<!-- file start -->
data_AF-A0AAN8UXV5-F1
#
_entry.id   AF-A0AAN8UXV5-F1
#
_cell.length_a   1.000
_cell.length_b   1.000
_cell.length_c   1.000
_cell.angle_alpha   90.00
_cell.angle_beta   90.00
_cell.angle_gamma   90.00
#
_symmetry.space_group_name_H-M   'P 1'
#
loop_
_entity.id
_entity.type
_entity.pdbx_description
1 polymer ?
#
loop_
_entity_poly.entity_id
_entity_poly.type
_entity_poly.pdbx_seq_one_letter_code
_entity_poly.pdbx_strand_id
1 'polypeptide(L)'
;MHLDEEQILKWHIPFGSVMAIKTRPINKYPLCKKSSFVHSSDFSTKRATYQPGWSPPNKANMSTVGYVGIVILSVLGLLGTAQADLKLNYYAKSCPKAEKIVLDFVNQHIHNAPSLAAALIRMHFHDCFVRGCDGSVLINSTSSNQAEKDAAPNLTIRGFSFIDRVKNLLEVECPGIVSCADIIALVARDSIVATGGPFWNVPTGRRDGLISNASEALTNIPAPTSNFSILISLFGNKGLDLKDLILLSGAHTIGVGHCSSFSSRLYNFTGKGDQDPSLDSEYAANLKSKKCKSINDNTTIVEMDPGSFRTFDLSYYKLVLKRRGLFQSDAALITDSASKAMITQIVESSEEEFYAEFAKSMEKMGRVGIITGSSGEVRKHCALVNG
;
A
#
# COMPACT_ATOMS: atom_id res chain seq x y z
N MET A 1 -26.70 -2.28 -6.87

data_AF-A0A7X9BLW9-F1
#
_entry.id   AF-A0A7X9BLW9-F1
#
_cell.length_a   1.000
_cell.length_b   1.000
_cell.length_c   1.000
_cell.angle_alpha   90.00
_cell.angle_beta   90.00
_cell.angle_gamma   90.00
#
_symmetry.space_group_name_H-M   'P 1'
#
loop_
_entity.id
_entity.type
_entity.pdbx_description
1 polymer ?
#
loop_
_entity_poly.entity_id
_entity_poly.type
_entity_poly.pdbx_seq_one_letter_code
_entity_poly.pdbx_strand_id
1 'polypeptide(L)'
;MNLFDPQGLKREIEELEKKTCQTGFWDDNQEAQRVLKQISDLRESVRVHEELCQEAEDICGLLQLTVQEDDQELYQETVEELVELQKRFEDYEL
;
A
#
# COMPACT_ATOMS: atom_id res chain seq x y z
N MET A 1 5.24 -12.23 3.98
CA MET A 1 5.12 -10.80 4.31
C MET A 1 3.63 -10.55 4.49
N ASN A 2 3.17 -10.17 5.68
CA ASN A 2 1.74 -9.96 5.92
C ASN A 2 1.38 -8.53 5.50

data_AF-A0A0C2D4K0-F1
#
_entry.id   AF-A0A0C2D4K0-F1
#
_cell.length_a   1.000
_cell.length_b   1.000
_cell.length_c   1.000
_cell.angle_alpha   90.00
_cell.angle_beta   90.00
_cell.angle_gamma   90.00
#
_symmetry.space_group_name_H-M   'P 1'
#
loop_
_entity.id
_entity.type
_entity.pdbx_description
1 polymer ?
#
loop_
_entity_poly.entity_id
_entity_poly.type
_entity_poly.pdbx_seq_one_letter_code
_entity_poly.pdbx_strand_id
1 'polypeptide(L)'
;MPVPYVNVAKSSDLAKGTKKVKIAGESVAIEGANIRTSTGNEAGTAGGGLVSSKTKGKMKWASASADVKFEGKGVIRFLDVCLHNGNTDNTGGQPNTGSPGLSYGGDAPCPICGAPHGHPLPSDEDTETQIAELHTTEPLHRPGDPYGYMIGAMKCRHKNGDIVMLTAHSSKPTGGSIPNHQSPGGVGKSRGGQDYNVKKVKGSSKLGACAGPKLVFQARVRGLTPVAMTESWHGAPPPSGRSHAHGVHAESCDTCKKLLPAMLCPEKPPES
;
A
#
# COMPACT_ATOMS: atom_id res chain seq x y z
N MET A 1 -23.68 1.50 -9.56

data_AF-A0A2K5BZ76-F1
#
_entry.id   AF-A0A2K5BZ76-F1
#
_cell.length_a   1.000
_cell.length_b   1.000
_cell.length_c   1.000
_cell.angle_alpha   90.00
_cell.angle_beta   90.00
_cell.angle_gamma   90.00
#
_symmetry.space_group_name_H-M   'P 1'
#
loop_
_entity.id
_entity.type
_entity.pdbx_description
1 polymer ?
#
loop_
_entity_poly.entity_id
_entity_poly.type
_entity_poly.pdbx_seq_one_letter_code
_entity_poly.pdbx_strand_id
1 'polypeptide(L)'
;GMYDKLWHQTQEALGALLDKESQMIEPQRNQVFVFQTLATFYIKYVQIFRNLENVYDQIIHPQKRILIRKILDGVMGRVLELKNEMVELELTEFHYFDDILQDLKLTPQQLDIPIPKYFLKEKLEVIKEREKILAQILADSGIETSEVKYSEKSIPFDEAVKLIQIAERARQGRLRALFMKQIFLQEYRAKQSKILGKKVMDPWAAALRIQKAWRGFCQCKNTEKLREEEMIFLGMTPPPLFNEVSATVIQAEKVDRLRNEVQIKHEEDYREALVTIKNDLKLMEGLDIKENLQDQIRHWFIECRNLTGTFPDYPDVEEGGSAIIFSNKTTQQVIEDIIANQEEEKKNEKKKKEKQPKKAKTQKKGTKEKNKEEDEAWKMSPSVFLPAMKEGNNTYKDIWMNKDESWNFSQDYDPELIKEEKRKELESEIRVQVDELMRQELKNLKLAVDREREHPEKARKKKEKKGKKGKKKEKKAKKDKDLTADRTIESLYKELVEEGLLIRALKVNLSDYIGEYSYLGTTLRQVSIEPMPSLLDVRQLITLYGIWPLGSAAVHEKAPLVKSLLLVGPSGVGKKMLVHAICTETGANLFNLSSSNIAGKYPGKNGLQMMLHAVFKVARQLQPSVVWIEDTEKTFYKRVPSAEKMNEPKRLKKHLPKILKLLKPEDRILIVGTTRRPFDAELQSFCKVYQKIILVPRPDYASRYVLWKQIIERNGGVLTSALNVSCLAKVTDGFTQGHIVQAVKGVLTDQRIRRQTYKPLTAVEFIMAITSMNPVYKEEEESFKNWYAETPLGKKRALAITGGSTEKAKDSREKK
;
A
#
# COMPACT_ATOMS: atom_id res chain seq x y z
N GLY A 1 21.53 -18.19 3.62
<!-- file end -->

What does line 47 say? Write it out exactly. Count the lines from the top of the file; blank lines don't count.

_entity.type